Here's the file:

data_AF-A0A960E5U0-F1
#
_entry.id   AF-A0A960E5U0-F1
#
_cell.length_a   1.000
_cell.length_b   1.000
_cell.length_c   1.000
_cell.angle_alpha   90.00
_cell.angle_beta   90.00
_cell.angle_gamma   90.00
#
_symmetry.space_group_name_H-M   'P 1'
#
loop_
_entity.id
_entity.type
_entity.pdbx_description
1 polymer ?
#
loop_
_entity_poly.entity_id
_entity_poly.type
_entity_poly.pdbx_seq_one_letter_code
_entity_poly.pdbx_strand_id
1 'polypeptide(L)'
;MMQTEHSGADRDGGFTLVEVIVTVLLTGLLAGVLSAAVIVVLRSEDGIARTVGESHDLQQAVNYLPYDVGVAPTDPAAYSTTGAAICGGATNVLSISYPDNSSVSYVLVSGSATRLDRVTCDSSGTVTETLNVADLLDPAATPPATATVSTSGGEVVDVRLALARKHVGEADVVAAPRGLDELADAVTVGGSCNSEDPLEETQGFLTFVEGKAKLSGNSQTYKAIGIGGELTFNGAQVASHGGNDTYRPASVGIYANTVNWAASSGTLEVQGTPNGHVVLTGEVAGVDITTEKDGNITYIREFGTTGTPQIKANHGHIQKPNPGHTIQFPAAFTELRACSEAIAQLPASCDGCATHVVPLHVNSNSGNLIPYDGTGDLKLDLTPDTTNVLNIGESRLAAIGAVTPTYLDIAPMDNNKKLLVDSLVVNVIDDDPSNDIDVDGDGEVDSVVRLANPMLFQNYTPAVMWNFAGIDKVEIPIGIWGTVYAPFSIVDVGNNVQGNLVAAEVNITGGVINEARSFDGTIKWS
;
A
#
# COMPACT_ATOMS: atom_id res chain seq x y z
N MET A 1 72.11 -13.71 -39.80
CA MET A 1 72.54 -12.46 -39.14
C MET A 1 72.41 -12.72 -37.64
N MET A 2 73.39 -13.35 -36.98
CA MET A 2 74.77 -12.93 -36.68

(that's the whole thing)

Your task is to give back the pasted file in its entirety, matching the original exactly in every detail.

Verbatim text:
data_AF-A0A960E5U0-F1
#
_entry.id   AF-A0A960E5U0-F1
#
_cell.length_a   1.000
_cell.length_b   1.000
_cell.length_c   1.000
_cell.angle_alpha   90.00
_cell.angle_beta   90.00
_cell.angle_gamma   90.00
#
_symmetry.space_group_name_H-M   'P 1'
#
loop_
_entity.id
_entity.type
_entity.pdbx_description
1 polymer ?
#
loop_
_entity_poly.entity_id
_entity_poly.type
_entity_poly.pdbx_seq_one_letter_code
_entity_poly.pdbx_strand_id
1 'polypeptide(L)'
;MMQTEHSGADRDGGFTLVEVIVTVLLTGLLAGVLSAAVIVVLRSEDGIARTVGESHDLQQAVNYLPYDVGVAPTDPAAYSTTGAAICGGATNVLSISYPDNSSVSYVLVSGSATRLDRVTCDSSGTVTETLNVADLLDPAATPPATATVSTSGGEVVDVRLALARKHVGEADVVAAPRGLDELADAVTVGGSCNSEDPLEETQGFLTFVEGKAKLSGNSQTYKAIGIGGELTFNGAQVASHGGNDTYRPASVGIYANTVNWAASSGTLEVQGTPNGHVVLTGEVAGVDITTEKDGNITYIREFGTTGTPQIKANHGHIQKPNPGHTIQFPAAFTELRACSEAIAQLPASCDGCATHVVPLHVNSNSGNLIPYDGTGDLKLDLTPDTTNVLNIGESRLAAIGAVTPTYLDIAPMDNNKKLLVDSLVVNVIDDDPSNDIDVDGDGEVDSVVRLANPMLFQNYTPAVMWNFAGIDKVEIPIGIWGTVYAPFSIVDVGNNVQGNLVAAEVNITGGVINEARSFDGTIKWS
;
A
#
# COMPACT_ATOMS: atom_id res chain seq x y z
N MET A 1 72.11 -13.71 -39.80
CA MET A 1 72.54 -12.46 -39.14
C MET A 1 72.41 -12.72 -37.64
N MET A 2 73.39 -13.35 -36.98
CA MET A 2 74.77 -12.93 -36.68